Three Reasons We Keep Paying Too Much

Have you seen some of the recent news stories about excessive government spending and waste? Yesterday I learned that our government has been paying service fees on over ten thousand bank accounts with no money in them. Zero-balance accounts, maintained at a cost of $900,000.


It makes you scratch your head… but governments aren’t the only organizations who pay too much, or who pay for things they don’t use. Private-sector companies with a profit motive often overspend year after year. As individuals there are probably areas where we could easily save, but we don’t (I’ll put myself in that group, too). In this article we’ll look at a few of the biggest reasons why, and how to get past them. 


Reason One – We Undervalue Savings

I blame Ben Franklin for this – at least partially. When he said “a penny saved is a penny earned” he was right, but in modern times we’re a bit loose with the term ‘earned’ and confuse revenue with earnings. In fact, a penny that your company saves is probably worth TEN pennies in new sales. For this concept explained visually, check out the video How Important is Buying.


Reason Two – We Don’t Know Where to Start

Deciding to save money at your company is sort of like deciding to improve your personal health. There are so many places you could start that it can be overwhelming, and in turn that can make it hard to get started. To clarify, prioritize your efforts by looking at your biggest vendors first – the five companies you pay the most.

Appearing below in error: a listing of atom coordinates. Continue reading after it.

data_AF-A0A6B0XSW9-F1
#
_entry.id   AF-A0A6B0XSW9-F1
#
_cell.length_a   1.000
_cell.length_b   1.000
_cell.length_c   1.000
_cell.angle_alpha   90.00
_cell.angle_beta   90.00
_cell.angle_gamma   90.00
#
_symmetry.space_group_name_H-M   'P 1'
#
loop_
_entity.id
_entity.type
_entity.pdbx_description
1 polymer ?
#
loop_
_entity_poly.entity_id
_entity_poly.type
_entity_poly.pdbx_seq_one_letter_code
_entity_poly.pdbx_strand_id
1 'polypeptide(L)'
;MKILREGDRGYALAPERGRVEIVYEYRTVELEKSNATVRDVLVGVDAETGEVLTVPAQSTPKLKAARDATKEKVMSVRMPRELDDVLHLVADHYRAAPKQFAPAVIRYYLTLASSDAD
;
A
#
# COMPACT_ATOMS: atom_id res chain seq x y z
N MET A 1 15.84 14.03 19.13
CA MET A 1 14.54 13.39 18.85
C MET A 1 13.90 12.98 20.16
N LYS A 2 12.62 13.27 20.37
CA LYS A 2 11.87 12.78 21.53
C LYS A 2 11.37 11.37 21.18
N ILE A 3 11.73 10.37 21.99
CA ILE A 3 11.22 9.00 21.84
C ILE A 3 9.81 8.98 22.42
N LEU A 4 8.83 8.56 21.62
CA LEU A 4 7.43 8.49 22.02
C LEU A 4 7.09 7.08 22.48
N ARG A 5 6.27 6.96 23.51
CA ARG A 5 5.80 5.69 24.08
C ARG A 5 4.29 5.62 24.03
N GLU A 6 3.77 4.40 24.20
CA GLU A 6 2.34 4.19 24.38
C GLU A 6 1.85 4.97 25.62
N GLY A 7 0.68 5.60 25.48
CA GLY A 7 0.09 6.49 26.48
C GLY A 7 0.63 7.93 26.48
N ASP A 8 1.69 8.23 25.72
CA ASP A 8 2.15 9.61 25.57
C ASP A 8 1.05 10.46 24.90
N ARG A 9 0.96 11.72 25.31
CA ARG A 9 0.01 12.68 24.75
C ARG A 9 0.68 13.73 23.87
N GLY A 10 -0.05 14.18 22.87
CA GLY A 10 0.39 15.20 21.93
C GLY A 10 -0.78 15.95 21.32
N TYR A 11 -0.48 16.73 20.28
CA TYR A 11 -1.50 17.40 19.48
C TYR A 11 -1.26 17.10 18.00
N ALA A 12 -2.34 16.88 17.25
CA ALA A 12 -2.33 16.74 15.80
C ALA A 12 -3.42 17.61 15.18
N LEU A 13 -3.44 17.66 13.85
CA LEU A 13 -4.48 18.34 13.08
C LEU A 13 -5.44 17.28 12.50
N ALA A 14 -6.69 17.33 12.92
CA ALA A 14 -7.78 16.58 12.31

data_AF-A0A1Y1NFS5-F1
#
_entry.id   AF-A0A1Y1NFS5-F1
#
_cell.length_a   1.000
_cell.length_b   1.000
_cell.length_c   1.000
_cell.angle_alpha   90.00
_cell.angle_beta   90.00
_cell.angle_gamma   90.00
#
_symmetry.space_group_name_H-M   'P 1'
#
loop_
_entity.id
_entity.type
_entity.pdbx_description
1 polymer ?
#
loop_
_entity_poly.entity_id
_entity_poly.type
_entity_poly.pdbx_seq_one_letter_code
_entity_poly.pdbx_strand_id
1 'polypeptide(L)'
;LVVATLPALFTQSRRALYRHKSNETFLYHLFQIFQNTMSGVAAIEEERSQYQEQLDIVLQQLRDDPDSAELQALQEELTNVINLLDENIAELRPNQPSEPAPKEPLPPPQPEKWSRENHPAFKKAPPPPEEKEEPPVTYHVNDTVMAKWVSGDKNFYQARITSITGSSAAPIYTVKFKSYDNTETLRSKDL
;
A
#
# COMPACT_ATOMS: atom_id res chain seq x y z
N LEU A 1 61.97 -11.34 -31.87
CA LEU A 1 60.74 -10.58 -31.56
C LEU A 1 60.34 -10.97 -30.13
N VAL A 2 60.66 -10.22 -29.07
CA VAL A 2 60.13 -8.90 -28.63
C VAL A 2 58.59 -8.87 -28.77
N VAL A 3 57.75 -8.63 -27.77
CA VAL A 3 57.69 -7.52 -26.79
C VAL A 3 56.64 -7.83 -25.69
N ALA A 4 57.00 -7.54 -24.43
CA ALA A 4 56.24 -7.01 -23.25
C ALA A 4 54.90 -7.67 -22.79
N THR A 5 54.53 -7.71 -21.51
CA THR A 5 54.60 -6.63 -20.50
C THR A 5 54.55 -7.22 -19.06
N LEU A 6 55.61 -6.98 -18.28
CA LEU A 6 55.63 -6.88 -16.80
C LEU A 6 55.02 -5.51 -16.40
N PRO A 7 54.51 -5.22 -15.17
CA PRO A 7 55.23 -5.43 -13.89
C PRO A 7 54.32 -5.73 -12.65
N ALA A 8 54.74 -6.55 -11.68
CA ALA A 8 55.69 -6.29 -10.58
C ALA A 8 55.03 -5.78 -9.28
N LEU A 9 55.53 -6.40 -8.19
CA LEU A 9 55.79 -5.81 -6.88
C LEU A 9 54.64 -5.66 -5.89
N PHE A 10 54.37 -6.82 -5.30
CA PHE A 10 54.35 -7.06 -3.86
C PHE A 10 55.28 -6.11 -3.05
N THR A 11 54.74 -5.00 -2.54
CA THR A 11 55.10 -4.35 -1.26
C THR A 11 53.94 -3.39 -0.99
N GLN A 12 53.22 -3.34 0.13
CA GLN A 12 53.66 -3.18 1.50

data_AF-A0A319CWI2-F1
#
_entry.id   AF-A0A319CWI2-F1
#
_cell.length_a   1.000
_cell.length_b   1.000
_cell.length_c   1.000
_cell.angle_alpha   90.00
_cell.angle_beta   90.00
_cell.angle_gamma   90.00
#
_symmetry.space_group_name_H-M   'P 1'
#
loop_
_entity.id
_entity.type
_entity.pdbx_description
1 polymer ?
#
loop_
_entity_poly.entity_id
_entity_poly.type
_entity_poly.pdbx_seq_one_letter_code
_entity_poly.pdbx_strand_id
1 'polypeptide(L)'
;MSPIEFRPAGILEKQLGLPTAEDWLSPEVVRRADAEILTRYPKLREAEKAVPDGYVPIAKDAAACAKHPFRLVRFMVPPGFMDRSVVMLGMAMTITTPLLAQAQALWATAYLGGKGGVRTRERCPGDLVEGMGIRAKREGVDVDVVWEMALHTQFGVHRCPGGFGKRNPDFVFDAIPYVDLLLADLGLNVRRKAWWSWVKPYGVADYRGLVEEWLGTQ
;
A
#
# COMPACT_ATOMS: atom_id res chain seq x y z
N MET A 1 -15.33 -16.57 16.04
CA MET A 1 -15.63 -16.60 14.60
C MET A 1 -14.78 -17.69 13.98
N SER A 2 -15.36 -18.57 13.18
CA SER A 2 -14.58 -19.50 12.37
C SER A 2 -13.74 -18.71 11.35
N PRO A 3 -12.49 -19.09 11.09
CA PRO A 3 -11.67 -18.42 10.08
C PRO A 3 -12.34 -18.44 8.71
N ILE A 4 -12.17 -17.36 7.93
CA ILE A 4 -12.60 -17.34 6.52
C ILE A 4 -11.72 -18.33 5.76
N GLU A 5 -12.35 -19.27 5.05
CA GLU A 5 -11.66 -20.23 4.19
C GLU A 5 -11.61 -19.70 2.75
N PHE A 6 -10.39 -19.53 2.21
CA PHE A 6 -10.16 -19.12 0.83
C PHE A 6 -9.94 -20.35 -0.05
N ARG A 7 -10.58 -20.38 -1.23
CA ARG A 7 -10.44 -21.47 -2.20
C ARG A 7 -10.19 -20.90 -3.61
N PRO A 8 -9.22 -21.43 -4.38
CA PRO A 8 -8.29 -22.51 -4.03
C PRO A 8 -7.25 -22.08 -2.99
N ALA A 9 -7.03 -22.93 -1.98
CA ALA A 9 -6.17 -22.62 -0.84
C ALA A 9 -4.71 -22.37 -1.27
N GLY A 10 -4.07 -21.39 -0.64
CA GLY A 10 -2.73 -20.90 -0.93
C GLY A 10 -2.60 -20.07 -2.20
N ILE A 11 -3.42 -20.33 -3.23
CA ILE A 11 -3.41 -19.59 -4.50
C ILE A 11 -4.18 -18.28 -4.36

Then, remember that there are only three paths to savings: Conserve, Compete, or Commit.

  • Conserve – use less, use only what brings results
  • Compete – through competition, ensure the best solution, the right vendor, and a competitive price
  • Commit – reduce your unit cost, your cost of usage, and your vendor’s cost of sales by buying more

These are the high-level definitions – for more detail watch the video How Companies Save Money. But you may already have a good gut instinct about which path applies to each of those biggest vendors.


Reason Three – It’s Uncomfortable

Just like a decision to improve your health means facing up to more discipline and better decisions, pursuing savings often requires a hard look in the mirror.  In a team setting, it may imply that you are questioning the competency of others or their past actions. When you inform a trusted vendor that you are looking into ways to save, they may feel threatened or insulted. That absolutely does NOT have to be the case; you can talk to vendors quite directly about prices while preserving or improving the relationship. For an example of how, watch the video about How to Ask a Vendor to Lower their Price.

I encourage you to take a step toward more margin today by looking at your cost structure. Maybe a start is one of the videos mentioned above, but if you’d rather talk than watch a video – give me a call at 703.944.9676. Best, Jack.



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